|Durham, NC – In a new study published in STEM CELLS Translational Medicine, researchers used a type of platelet-derived growth factor called PDGF-BB that enhances cells’ ability to regenerate dentin-pulp complex.
Many in the medical community view stem cell therapy as a promising new strategy for repairing teeth once thought to be irreversibly damaged by tooth decay or dental injuries. The benefits of human dental pulp stem cells (hDPSCs), isolated from the living connective tissue in the tooth’s center, on such damage have been well documented in studies.
However, previous studies also revealed several problems with this type of treatment, including limitations on how much mineralized tissue can be formed when scaffolds with hDPSCs alone were implanted in nude mice. More importantly, the narrow root canal of a tooth limits tissue infiltration and the revascularization process, which also worked against the implanted hDPSCs.
Researchers at Shanghai Jiao Tong University’s School of Medicine have found what they believe is a way to overcome these limitations. They showed that when scaffolds containing engineered cells were implanted in mice for 12 weeks, the group of mice treated using scaffolds seeded with PDGF-BB cells, a well-known potent mitogenic, angiogenic, and chemoattractive agent that has been widely used in tissue regeneration, outperformed the other groups when it came to generating more dentin-like mineralized tissue that showed positive staining for the DSPP protein — similar to tooth dentin tissue — and was surrounded by highly vascularized, dental pulp-like connective tissue.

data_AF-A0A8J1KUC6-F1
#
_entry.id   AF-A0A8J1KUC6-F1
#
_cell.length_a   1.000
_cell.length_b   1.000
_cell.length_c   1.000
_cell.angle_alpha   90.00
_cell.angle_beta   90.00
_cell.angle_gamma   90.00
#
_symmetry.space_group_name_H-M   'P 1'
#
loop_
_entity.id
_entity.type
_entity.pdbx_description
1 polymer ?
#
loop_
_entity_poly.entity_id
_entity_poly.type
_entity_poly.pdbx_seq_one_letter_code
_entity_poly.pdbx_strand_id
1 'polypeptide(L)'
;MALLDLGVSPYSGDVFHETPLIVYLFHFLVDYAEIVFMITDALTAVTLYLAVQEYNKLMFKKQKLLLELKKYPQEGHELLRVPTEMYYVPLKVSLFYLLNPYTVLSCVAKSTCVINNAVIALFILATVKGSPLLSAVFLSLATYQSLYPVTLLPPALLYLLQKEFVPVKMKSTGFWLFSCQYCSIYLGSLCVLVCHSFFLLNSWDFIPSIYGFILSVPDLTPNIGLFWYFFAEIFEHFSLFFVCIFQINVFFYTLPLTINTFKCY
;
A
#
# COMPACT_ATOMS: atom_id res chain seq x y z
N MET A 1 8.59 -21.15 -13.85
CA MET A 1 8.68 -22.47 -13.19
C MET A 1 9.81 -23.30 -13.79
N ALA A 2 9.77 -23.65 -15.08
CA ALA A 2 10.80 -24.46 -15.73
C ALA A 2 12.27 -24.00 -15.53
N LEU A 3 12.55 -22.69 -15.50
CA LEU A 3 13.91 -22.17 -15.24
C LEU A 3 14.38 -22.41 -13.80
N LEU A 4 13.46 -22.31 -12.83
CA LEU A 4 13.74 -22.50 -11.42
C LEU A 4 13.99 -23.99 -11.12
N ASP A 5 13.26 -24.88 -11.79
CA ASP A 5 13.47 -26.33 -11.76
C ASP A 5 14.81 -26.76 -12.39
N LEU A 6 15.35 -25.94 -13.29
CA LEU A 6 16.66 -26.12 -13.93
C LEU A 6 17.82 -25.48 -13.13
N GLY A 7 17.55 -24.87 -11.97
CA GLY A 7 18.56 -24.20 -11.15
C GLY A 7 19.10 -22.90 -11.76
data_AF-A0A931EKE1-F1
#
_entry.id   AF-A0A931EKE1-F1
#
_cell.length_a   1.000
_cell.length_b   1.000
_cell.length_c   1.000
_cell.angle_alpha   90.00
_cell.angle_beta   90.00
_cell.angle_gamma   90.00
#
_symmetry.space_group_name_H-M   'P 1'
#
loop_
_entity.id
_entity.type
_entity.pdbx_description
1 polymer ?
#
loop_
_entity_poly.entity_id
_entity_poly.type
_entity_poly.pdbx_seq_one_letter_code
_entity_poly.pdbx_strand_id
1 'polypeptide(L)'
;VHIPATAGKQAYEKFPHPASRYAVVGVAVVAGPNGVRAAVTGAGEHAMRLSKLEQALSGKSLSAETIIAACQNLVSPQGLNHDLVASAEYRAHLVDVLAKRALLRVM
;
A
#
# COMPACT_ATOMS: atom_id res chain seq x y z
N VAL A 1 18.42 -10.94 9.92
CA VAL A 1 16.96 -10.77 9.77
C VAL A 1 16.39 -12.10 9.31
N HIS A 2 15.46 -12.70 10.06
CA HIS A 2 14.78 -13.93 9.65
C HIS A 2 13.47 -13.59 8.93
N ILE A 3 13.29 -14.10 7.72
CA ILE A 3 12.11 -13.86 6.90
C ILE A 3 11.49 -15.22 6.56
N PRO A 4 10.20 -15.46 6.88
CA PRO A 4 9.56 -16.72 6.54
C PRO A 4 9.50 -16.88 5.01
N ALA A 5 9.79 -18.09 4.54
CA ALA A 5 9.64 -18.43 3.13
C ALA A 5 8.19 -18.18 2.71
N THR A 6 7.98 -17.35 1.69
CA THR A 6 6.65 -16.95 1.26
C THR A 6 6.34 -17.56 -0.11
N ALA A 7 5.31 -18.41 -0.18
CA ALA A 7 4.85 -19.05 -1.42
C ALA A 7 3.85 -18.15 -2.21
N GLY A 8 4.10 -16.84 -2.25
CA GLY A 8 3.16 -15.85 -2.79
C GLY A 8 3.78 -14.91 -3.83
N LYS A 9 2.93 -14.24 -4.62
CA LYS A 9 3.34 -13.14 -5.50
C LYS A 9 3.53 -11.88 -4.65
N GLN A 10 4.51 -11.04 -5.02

“Our study also showed that PDGF-BB has many other beneficial effects, too, including significantly increasing the proliferation of the hDPSCs,” said Xinquan Jiang, DDS, Ph.D., who led the study along with Wenjie Zhang, M.D., Ph.D.
“Our data demonstrated that the PDGF-BB possesses a powerful function in prompting stem cell-based dentin-pulp tissue regeneration. We believe these findings represent an important step toward the optimal application of PDGF-BB for improving hDPSCs-mediated, dentin-pulp complex regeneration,” Dr. Zhang said.
Maolin Zhang, M.D., Ph.D., mainly performed this research under the guidance of Drs. Jiang and Zhang. “PDGF-BB, as a safe and multipotent growth factor, has been widely used in periodontal tissue regeneration and showed reliable clinical effects. Our research shows the potential value of PDGF-BB on dentin-pulp tissue regeneration,” he said. “In the next step we will think about the clinical application of PDGF-BB on dentin-pulp tissue regeneration in treating dental pulp disease.”
“This research suggests an optimized strategy for using regenerative medicine as an alternative to conventional root canal therapy,” said Anthony Atala, M.D., Editor-in-Chief of STEM CELLS Translational Medicine and director of the Wake Forest Institute for Regenerative Medicine.”
The full article, “The effects of PDGF-BB on human dental pulp stem cells mediated dentin-pulp complex regeneration,” can be accessed at http://www.stemcellstm.com.